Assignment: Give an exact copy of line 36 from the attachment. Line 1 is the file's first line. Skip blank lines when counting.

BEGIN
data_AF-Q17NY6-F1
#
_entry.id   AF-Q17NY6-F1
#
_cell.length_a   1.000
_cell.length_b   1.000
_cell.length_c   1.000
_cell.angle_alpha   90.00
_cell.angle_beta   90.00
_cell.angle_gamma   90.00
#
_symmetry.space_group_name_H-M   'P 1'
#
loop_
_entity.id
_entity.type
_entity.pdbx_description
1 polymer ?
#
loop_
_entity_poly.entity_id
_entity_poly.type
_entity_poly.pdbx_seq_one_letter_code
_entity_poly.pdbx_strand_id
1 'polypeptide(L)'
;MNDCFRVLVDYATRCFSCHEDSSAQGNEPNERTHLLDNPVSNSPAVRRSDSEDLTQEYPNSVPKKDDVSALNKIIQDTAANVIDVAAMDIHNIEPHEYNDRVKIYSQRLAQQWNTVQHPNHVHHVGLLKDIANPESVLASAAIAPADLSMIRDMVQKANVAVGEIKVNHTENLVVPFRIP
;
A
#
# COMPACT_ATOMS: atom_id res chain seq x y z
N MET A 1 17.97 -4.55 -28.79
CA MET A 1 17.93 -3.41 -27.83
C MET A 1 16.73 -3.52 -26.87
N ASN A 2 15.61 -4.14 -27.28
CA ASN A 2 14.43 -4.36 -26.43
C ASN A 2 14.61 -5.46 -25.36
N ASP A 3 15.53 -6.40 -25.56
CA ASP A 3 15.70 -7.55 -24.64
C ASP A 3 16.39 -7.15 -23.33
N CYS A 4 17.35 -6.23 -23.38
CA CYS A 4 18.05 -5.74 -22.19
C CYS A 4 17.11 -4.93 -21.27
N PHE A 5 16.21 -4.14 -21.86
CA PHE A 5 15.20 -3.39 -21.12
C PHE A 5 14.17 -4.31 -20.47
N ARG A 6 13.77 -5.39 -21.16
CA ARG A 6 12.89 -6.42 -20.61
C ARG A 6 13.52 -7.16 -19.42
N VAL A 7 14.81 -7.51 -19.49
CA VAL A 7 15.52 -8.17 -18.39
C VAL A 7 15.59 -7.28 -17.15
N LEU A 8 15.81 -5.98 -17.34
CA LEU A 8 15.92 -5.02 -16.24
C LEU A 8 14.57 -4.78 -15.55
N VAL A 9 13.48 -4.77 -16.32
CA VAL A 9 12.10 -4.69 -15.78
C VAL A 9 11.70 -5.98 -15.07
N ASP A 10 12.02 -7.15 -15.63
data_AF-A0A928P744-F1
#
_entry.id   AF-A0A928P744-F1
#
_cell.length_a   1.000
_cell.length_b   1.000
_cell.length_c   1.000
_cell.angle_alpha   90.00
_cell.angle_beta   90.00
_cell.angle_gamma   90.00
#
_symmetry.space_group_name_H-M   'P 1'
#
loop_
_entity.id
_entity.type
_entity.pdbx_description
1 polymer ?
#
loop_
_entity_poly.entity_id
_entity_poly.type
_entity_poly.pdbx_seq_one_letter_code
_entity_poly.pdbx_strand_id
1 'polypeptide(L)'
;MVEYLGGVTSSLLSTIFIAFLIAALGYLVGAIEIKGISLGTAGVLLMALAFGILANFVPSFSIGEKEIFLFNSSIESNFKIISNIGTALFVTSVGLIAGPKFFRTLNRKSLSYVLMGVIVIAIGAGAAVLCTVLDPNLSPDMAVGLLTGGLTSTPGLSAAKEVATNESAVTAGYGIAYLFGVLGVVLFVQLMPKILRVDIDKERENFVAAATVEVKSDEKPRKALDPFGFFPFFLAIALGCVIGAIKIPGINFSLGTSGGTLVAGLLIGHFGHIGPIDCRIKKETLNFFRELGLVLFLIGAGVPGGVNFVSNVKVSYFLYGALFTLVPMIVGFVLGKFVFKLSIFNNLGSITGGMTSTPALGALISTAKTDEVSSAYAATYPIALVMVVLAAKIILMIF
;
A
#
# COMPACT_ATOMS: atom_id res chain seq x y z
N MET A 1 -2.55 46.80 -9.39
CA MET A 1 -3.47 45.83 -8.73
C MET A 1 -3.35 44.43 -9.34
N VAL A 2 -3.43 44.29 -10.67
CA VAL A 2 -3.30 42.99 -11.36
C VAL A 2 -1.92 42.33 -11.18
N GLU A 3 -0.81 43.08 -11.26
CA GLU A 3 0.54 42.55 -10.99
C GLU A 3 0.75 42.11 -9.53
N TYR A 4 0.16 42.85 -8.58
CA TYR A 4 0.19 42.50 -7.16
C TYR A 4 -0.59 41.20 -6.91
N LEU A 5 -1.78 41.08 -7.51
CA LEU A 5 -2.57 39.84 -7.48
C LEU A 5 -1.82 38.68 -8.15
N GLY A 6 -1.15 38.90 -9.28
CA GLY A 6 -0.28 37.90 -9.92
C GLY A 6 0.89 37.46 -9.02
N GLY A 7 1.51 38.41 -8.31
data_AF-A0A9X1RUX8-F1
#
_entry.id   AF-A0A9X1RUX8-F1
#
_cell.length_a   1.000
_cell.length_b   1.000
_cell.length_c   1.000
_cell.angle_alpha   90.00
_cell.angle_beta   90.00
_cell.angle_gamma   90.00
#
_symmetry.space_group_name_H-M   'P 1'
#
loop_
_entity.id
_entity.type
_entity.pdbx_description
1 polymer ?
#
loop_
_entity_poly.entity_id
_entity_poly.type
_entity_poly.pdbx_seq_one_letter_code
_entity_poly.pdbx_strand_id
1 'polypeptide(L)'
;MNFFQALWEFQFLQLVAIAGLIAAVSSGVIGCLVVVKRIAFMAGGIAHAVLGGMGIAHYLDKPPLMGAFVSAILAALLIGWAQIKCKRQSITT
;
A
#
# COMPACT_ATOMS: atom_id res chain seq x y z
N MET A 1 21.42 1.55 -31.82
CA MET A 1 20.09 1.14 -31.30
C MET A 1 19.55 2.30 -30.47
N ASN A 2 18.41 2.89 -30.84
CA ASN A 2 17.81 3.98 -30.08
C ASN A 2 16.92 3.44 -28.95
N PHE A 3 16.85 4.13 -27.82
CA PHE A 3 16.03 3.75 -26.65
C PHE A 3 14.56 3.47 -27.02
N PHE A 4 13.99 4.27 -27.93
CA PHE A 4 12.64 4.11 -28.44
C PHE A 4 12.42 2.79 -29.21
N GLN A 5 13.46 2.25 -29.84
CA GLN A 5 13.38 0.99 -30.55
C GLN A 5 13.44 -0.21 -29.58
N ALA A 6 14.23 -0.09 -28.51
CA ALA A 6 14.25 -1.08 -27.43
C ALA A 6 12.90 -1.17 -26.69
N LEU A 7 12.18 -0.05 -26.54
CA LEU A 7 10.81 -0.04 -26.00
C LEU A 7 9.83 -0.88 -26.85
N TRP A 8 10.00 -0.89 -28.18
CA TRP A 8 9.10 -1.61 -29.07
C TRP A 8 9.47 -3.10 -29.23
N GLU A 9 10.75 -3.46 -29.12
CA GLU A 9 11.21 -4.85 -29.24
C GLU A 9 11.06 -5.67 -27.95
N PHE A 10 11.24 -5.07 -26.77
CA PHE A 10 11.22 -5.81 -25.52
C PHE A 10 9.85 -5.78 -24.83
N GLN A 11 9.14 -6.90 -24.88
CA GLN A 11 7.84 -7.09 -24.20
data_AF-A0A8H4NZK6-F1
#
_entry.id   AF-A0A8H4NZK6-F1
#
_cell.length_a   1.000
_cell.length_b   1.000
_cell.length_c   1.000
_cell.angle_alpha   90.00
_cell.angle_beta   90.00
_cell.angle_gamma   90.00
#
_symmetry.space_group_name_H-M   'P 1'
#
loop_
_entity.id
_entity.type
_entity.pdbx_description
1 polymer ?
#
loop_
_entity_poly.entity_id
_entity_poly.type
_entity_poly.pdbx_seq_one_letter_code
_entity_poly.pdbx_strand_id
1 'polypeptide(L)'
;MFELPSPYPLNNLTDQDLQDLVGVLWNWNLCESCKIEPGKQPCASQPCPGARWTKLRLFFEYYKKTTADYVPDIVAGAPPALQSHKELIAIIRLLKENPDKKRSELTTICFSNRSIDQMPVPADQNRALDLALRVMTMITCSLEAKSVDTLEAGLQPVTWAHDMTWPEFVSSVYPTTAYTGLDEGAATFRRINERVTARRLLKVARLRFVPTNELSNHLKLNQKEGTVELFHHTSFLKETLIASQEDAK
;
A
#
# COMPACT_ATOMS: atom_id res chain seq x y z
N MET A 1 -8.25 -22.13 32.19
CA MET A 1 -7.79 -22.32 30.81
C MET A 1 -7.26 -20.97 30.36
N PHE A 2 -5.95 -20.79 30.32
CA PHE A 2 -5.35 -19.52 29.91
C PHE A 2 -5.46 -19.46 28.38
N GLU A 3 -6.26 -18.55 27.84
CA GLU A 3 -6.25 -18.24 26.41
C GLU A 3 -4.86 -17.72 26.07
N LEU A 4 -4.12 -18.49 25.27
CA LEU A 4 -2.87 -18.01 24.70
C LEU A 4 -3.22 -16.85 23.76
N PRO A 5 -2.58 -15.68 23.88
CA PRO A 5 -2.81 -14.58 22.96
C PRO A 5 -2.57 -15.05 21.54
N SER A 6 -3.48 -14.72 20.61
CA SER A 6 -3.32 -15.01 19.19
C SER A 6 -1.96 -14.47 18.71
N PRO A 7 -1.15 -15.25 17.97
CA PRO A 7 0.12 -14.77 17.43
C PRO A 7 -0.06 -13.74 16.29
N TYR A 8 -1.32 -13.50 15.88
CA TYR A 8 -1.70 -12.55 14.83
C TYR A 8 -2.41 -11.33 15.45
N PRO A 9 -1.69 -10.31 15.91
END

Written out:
C ASN A 2 14.61 -5.46 -25.36